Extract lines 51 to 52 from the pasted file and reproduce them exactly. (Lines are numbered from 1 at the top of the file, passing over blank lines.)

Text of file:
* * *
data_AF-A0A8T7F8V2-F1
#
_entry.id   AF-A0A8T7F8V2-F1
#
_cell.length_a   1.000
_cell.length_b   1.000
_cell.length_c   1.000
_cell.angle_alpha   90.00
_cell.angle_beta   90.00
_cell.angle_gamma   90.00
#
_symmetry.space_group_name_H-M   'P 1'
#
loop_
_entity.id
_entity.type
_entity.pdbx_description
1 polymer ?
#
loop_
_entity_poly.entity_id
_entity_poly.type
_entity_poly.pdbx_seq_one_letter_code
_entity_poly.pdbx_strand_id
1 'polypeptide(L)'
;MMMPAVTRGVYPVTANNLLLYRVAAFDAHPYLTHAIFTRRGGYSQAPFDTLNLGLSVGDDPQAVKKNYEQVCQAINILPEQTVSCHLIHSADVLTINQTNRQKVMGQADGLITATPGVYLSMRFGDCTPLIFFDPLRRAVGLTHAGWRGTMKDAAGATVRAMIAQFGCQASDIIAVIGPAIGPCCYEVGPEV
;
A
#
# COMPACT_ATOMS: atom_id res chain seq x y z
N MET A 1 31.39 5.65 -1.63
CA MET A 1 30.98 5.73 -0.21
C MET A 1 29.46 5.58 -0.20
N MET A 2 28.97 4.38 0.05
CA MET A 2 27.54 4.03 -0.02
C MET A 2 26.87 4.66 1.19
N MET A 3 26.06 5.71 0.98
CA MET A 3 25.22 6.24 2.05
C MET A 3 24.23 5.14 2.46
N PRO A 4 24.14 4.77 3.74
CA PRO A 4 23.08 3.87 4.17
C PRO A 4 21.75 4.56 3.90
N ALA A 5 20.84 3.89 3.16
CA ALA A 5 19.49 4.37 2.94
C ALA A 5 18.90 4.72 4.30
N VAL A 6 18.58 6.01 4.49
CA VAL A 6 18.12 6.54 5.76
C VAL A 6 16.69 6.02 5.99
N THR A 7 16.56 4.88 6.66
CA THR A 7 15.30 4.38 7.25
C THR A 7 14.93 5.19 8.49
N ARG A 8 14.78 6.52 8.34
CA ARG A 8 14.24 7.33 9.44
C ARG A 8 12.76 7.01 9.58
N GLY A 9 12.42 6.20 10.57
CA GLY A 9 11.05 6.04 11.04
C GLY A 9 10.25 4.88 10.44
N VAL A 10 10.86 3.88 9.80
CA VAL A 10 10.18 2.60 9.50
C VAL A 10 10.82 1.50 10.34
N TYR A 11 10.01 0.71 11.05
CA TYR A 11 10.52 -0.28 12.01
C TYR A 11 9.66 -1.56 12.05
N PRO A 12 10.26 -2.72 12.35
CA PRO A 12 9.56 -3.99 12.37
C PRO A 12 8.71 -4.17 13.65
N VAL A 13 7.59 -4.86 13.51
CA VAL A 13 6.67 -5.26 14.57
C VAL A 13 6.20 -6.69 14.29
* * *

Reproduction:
C THR A 7 14.93 5.19 8.49
N ARG A 8 14.78 6.52 8.34